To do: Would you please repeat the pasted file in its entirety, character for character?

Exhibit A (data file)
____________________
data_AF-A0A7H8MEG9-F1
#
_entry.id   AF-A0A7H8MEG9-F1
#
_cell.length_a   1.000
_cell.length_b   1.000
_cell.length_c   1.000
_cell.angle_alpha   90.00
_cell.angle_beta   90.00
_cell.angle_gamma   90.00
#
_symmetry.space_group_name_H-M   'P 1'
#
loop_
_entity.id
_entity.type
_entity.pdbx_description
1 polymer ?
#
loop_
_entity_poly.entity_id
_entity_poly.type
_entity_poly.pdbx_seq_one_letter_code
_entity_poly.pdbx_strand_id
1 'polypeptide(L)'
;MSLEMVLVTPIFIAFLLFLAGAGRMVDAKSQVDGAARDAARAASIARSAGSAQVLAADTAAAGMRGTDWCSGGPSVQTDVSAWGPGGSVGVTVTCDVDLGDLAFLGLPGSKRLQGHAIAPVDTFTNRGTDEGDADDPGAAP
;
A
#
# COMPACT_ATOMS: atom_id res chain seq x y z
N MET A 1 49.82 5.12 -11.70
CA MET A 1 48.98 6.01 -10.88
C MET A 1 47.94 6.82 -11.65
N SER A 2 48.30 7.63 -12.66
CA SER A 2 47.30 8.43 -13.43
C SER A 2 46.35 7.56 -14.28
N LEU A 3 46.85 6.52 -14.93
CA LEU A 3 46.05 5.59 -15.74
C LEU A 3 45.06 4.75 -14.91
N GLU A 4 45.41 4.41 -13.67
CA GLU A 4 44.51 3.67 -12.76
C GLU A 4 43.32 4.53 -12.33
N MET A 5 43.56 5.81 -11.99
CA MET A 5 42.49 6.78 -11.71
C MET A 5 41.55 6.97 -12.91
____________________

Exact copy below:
data_AF-A0A7H8MEG9-F1
#
_entry.id   AF-A0A7H8MEG9-F1
#
_cell.length_a   1.000
_cell.length_b   1.000
_cell.length_c   1.000
_cell.angle_alpha   90.00
_cell.angle_beta   90.00
_cell.angle_gamma   90.00
#
_symmetry.space_group_name_H-M   'P 1'
#
loop_
_entity.id
_entity.type
_entity.pdbx_description
1 polymer ?
#
loop_
_entity_poly.entity_id
_entity_poly.type
_entity_poly.pdbx_seq_one_letter_code
_entity_poly.pdbx_strand_id
1 'polypeptide(L)'
;MSLEMVLVTPIFIAFLLFLAGAGRMVDAKSQVDGAARDAARAASIARSAGSAQVLAADTAAAGMRGTDWCSGGPSVQTDVSAWGPGGSVGVTVTCDVDLGDLAFLGLPGSKRLQGHAIAPVDTFTNRGTDEGDADDPGAAP
;
A
#
# COMPACT_ATOMS: atom_id res chain seq x y z
N MET A 1 49.82 5.12 -11.70
CA MET A 1 48.98 6.01 -10.88
C MET A 1 47.94 6.82 -11.65
N SER A 2 48.30 7.63 -12.66
CA SER A 2 47.30 8.43 -13.43
C SER A 2 46.35 7.56 -14.28
N LEU A 3 46.85 6.52 -14.93
CA LEU A 3 46.05 5.59 -15.74
C LEU A 3 45.06 4.75 -14.91
N GLU A 4 45.41 4.41 -13.67
CA GLU A 4 44.51 3.67 -12.76
C GLU A 4 43.32 4.53 -12.33
N MET A 5 43.56 5.81 -11.99
CA MET A 5 42.49 6.78 -11.71
C MET A 5 41.55 6.97 -12.91